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What you need to know for 07/27/2017

Schenectady native Napier earns spot on Olympic bobsled team

Schenectady native Napier earns spot on Olympic bobsled team

In a world obsessed with being No. 1, Schenectady native John Napier will settle for No. 2 — for now

In a world obsessed with being No. 1, Schenectady native John Napier will settle for No. 2 — for now.

Napier, 23, will pilot the USA-2 two-man and four-man sleds at next month’s Olympic Games in Vancouver, British Columbia.

“Since my earliest memories, I’ve always dreamed of this,” said Nap­ier Sunday during a teleconference call from St. Moritz, Switzerland, where the U.S. team completed in a World Cup event. “Now, the dream has come true.”

The U.S. will be sending three sleds to Vancouver. Steve Holcomb will pilot USA-1 in both four-man and two-man, and Mike Kohn will drive the third sled.

Napier, a sergeant in the Vermont National Guard who gets funding and assistance from the U.S. Army World Class Program, is the son of former USBSF president Bill Napier, who died of kidney cancer in 2005. It was Bill Napier who first got his son interested in bobsledding, at the age of 8.

“Being in the Capital Region and being close to the venues at Lake Placid played a huge role,” said John Napier. “My father had such dedication; I’ve never seen anyone with such dedication or passion for a sport, and his dedication helped push me to further my career.

“When we moved to Lake Placid, I could see even more the true Olympic spirit and it gave me the drive to get to where I am today. Just being in that area, you draw from the environment around you.”

Napier began a serious training regimen last spring and put on 30 pounds, which helped improve his push times, and moved him from being in Holcomb’s shadow to making a name for himself.

His breakthrough came in November, when he won his first World Cup race in Lake Placid, and even more impressive was a third-place finish earlier this month in Germany.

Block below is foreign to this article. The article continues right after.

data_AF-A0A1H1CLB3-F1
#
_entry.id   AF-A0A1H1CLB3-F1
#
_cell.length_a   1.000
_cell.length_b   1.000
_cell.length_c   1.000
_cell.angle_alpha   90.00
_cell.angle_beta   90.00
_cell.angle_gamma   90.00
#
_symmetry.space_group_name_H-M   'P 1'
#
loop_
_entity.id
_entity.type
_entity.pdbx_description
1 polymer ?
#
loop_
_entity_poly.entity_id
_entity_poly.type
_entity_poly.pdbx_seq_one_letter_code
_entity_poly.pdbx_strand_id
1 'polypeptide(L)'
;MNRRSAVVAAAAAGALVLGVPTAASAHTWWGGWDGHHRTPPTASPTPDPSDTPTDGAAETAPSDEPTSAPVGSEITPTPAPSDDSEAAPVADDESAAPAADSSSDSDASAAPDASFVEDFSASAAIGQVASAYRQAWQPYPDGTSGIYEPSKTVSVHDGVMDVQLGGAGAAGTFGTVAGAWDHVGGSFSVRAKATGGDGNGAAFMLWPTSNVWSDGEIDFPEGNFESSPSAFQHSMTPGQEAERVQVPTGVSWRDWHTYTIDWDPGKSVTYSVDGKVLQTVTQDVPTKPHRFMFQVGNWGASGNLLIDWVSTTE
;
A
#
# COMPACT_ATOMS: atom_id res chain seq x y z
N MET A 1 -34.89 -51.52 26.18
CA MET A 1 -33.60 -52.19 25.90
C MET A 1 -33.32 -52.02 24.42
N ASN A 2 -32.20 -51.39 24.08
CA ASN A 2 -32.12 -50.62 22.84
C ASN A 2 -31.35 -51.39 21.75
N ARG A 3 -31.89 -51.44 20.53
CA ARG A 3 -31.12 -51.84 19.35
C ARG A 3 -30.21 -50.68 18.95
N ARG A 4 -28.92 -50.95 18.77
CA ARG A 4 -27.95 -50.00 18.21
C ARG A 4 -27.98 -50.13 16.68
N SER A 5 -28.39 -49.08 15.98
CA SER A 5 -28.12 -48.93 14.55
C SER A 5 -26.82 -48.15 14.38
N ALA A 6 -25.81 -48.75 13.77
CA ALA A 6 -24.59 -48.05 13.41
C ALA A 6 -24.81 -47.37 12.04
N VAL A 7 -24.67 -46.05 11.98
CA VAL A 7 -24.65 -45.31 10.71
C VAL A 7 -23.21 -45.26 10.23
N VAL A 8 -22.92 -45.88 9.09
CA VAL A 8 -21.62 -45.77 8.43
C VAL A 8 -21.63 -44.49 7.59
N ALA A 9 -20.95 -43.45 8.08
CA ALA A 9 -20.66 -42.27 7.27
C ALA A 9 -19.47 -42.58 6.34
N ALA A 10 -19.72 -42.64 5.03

“When I was making the second run in Lake Placid, I could see my goal 40 yards away, 30 yards away and when I got out of the sled, my cheeks hurt from smiling,” Napier said. “I was so glad to get my first medal at my home track, and all my family and all the people who have supported me along the way were there to see it. And I’m know my father was watching. It was a dream-come-true victory.”

One of the people waiting for Napier at the finish line that day was his mother, Betsy, who had stood in the same spot for so many years waiting for her late husband to finish races when he was a driver for the U.S. national team.

U.S. coach Brian Shimer always knew that the 6-foot-3 Napier had potential.

“At 14 and 15, he was growing fast, but muscular-wise and weight-wise, he was pretty light,” Shimer said. “But this year, he focused on the strength and speed side of it, and it’s been a breakthrough season.

As important as the gold medal at Lake Placid was to Napier, Shimer thinks his run in Germany was the highlight of his World Cup season.

“I’m not sure John was con­fident in his own ability because he had been looking up to the other guys for so many years,” Shimer said. “The victory at Lake Placid opened some eyes, but there was the thought that, was it a fluke because it was his home track? But when he medaled in Germany, he let the world know he was a force to be reckoned with. Until you win your first medal in Germany against the Germans, no one takes you seriously.”

Napier has two goals in Vancouver. The first is to meet Ballston Spa native Trevor Marsicano, who will be on the U.S. speedskating team.

“I got in touch with him and kind of introduced myself,” said Nap­ier. “I’m looking forward to meeting him at the Games. Us Capital Region guys got to stick together.”

His second goal is to win a medal.

“It seems like a million pieces have come together to make one picture, and it’s a beautiful portrait,” he said. “But I’ve got to keep gaining weight and getting stronger because this is not the end of the road. Now, the pressure is on me to perform.”

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